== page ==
- Historic Sites
The Mennonites Come To Kansas
Their religion and customs were strange, but these master farmers from the Russian steppes turned a treeless prairie into America’s granary
August 1959 | Volume 10, Issue 5
To develop its grants, which extended ten miles on each side of its line and included one of the potentially richest farming regions in Kansas, the Santa Fe exerted every conceivable effort. To its officials the news of a possible mass migration of skilled farmers from Russia seemed like manna straight from heaven. Learning that Schmidt had already corresponded with the Mennonites and that German was his native tongue, the Santa Fe hired him in January of 1873 as its commissioner of immigration. Schmidt met with great success, and it is largely to his credit that the bulk of the Mennonite migration was finally directed to Kansas.
In Russia, meanwhile, some of the more impatient Mennonites, deciding not to wait for the Committee of Twelve to return, had already sold their property, packed their belongings, and journeyed with their families to the United States. On June 26, 1873, a former Crimean purchased 5,000 acres of land in central Kansas and became the first Russian Mennonite to settle in the state. Meanwhile, the Santa Fe was courting others among the early arrivals. Two of them were Peter and Jacob Funk. These affluent-looking gentlemen were escorted throughout the area before they decided on tracts. The Santa Fe wanted $4 an acre for the land; the brothers offered $2.50. After a great deal of haggling, in which the two Mennonites displayed a considerable amount of business acumen, the railroad agreed to their price rather than jeopardize the opportunity of gaining more of these industrious farmers. As soon as the terms had been agreed upon, the Funks produced $50,000 in cash, which they had been carrying on their persons during the entire journey through that bandit-infested frontier region.
Meanwhile members of the Committee of Twelve, completing their wide tour of the continent, seemed generally well-pleased with what they had seen. But at least two of the delegates, Paul and Lorenz Tschetter, still felt that they had not gained enough assurances from the government of the United States concerning military exemptions. Therefore, shortly before embarking for Russia, they visited President Grant in his summer home on Long Island Sound. Here they presented a petition written in German that, among other things, requested an unconditional exemption from military duty for fifty years. Since Grant could not read or speak German, he said that they would have to wait a few days for an answer. In the meantime, they left for Russia. Grant forwarded the petition to his Secretary of State, Hamilton Fish, who examined the requests of the Tschetters and wrote to them, stating that it was not within the power of the President to grant them their specific requests. There was, however, a federal law that exempted conscientious objectors from military service upon payment of a tax, and this apparently satisfied the Mennonites.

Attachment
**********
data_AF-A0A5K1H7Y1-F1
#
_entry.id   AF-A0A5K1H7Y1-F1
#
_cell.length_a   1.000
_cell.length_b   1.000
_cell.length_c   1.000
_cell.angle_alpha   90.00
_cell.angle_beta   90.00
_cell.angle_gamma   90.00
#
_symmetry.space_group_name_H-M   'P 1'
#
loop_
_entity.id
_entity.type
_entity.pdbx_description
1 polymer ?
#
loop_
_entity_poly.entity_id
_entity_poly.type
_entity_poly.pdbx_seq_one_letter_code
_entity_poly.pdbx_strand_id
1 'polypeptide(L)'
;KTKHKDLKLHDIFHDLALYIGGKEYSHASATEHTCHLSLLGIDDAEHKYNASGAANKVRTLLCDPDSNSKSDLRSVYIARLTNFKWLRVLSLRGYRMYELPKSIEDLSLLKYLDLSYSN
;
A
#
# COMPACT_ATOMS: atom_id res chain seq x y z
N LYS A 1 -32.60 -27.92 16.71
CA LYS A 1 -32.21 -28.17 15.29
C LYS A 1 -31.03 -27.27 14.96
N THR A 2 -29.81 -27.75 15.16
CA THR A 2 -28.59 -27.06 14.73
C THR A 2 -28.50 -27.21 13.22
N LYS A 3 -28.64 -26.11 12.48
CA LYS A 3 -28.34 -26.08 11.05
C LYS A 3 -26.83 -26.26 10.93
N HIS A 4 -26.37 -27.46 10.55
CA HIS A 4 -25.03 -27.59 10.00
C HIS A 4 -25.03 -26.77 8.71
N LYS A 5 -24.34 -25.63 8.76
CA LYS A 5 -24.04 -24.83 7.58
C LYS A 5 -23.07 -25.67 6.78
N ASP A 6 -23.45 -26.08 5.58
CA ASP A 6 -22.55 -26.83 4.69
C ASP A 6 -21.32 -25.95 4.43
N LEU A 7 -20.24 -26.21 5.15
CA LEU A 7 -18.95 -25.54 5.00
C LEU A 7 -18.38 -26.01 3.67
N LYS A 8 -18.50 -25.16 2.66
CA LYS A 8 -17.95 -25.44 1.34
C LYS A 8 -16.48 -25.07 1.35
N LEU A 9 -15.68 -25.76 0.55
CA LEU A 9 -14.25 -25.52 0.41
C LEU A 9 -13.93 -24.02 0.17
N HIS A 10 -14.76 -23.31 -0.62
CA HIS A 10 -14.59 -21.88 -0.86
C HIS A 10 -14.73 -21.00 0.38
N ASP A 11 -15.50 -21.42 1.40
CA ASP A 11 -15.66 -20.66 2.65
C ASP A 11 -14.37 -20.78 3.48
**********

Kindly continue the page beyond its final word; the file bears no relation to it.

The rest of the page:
The winter of 1873–74 was one of great preparation on both sides of the Atlantic. In Russia, many Mennonites began to sell their property and apply for their passports. In the United States, railroad officials and American Mennonites spent the winter lobbying for favorable legislation at both state and national levels. In April, 1874, a bill was introduced in the United States Senate to reserve large areas of public land for them. There was no precedent for the action, and the bill generated considerable debate; in the end it was tabled, and was never brought up again.
The lobbyists for the Mennonites were more fortunate, however, in the individual states. Kansas’ militia law, like that of the federal government, exempted conscientious objectors but levied a tax upon them. In 1865, under pressure from the Santa Fe, the law was amended to abolish the tax. Several other states passed similar measures. C. B. Schmidt, with his usual quick ingenuity, lost no time in publicizing this action among the Mennonites in South Russia.
By spring of 1874 a strong minority had made the final decision to emigrate and had begun to sell their land and what property they could not take with them. In areas where nearly 100 per cent of the population had decided to leave, there were virtually no buyers, and much to their dismay, the immutable law of supply and demand brought the Mennonites enormous losses. But they took what they could get and prepared to leave.
The Peter Barkman family in the Crimean settlement of Caslov was in a flurry that April. Frau Barkman’s huge wooden chest was being packed with a few heirlooms and the essentials for the long journey. Anna Barkman, just turned eight and still too small to help in the heavy packing, was assigned another task which, her father told her, was a very important job for a little girl. Taking her out to the granary, he instructed her to choose two gallons of the very finest Turkey Red wheat kernels. It took her more than a week of steady work, but finally the precious sack of seed—together with various kinds of fruit seed—was packed into the massive carved chest.
On May 30, the Barkmans, with 34 other families, gathered their baggage and waved good-by to their neighbors. Led by their elder, Jacob Wiebe, a heavily bearded man who looked like a prophet fresh out of the pages of the Old Testament, they left the green fields of the Crimea forever. By August, the travel-weary group had purchased a tract of land from the Santa Fe in central Kansas.